In order to feel full, would you consume more food if the label states it’s “light?” According to a recent research, this may be the case.
37 men and women were asked by researchers to sample penne pasta, snack tomatoes, pesto, oregano and basil as part of a simple Italian-inspired meal. The dinner was labeled as “light” and not meant to fill them full at one point. The same dinner was described as “full” on another occasion.
When a dish was branded “light,” diners tended to eat more of it. In addition, they reported that they had a diminished sense of satiety.
Paige Cunningham, a PhD student in nutrition sciences at Penn State University, co-author of a new research that found that people who had a preconception that the meal they were about to consume was going to be a lot more substantial may eat less of it. That being said, it’s possible that eating more food if you think the meal is light and not nearly as satisfying may be the case.” 18 women and 19 men were enrolled in the study via advertisements and posters, however individuals with specific food habits or health conditions were excluded. Participants’ ages varied from 18 to 65 years.
Following the meal, the participants were quizzed on a variety of topics. “How full was this pasta salad?” was one of the questions. and, “How many calories do you believe you ingested today?” “How essential is your health to you?” was another question posed to them.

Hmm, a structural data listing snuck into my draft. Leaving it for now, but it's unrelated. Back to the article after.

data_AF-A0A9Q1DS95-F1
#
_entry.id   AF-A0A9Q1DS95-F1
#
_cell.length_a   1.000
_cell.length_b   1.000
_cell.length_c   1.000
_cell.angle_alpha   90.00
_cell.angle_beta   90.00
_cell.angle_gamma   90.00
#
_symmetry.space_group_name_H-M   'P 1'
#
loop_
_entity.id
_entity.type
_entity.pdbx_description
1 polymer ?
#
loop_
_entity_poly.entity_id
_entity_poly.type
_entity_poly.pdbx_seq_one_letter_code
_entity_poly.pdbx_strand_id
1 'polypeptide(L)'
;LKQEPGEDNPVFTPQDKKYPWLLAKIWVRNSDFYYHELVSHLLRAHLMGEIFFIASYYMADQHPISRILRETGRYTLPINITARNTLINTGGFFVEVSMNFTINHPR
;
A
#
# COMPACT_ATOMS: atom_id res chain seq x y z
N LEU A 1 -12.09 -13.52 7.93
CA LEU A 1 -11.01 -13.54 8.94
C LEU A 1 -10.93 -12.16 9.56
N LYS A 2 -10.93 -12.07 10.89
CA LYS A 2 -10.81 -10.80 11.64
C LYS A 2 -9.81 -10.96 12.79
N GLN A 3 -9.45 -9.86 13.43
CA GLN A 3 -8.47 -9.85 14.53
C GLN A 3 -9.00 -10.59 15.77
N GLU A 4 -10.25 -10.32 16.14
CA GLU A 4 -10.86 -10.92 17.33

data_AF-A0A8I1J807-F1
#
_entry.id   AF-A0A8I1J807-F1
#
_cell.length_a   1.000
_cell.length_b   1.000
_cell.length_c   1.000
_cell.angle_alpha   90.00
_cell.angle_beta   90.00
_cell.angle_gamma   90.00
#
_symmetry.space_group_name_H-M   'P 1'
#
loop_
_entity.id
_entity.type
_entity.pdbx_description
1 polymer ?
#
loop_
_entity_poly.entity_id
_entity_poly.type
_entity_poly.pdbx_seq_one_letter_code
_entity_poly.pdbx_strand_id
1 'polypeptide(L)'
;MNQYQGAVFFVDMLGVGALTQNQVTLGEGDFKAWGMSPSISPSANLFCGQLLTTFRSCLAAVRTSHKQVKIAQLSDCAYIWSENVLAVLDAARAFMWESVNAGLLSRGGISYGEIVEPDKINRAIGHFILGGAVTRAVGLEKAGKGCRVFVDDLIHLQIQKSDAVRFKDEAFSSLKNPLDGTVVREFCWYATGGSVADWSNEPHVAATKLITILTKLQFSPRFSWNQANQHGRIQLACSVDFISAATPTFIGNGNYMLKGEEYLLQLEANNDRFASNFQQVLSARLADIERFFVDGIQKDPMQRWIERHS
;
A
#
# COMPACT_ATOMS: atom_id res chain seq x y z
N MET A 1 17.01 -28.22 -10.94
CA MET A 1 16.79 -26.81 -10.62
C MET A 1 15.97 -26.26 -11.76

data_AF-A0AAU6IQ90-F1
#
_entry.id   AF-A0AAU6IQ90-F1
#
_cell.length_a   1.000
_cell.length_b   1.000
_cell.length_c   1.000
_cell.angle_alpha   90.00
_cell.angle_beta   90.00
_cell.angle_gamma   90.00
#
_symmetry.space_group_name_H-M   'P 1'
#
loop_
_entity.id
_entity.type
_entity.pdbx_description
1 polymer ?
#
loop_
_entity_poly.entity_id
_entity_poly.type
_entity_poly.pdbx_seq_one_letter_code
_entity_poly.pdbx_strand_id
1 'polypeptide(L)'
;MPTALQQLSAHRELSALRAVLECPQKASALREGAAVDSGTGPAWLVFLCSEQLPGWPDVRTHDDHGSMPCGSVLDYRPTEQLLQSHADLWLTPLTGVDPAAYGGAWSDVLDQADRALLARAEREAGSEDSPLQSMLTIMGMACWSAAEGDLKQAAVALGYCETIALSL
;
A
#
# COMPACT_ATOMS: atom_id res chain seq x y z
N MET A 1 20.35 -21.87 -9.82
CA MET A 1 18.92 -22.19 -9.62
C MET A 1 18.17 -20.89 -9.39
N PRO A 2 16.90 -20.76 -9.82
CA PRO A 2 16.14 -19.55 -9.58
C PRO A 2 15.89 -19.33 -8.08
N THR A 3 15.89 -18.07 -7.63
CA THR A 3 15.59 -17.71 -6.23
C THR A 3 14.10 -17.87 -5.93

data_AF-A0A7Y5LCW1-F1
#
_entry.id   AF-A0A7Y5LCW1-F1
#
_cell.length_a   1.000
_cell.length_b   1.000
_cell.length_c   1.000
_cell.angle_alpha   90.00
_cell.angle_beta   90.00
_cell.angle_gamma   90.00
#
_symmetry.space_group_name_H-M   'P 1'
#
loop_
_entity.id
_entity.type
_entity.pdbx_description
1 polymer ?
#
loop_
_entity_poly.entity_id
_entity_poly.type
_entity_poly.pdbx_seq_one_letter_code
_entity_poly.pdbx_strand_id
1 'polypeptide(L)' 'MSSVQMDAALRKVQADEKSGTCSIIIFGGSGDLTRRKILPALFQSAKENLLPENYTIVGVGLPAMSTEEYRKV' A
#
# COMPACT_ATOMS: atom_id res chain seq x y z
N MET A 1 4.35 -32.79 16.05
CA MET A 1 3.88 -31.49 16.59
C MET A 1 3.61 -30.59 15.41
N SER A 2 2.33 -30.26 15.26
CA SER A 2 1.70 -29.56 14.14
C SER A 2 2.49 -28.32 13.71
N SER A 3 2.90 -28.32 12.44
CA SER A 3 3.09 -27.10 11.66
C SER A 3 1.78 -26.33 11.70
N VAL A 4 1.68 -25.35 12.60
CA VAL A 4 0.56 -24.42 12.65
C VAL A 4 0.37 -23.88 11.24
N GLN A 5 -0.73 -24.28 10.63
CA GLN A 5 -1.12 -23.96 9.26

The identical experiment was carried out again by Dutch researchers at Maastricht University. This research may or may not be applicable to other areas, but Cunningham said it was fascinating nevertheless.
In vulnerable groups, such as the elderly, “this impact might be harnessed to enhance intake,” she added.
To counter this, Cunningham said,
“maybe it requires prudence in the use of labels that imply the satiating effect of food.”
Products marketed as “light” or “weight-loss” may actually cause people to eat more. Appetite, a peer-reviewed magazine, will publish the results in its January 15th issue.
Cunningham advised against relying on the wording of food labels to gauge a product’s ability to satisfy one’s hunger.
Even if a food label claims it’s healthy, Cunningham advises that you should always pay attention to the quantity you’re eating, as well as the amount of calories and other nutrients it contains. Ensure that you are aware of this.”
According to Connie Diekman, a St. Louis-based food and nutrition expert, food labels may assist customers in making decisions that are best suited to the nutritional requirements of themselves and their families.